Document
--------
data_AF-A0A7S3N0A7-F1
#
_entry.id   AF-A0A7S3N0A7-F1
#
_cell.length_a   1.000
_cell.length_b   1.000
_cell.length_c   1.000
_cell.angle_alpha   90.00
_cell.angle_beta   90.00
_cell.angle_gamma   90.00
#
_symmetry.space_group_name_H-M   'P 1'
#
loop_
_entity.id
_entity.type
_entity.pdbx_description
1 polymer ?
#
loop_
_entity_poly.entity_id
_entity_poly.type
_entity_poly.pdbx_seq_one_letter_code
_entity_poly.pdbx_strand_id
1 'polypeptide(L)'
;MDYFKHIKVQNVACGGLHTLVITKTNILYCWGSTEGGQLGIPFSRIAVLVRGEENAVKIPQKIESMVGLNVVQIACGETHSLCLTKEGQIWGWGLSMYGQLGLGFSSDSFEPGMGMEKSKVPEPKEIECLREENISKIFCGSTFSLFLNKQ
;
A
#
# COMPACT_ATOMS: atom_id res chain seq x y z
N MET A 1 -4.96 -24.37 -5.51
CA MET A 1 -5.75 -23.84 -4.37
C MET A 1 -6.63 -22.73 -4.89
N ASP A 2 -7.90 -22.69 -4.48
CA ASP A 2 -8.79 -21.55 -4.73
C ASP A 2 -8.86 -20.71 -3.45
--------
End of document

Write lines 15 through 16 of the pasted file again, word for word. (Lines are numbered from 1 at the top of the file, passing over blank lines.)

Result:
_entity.id
_entity.type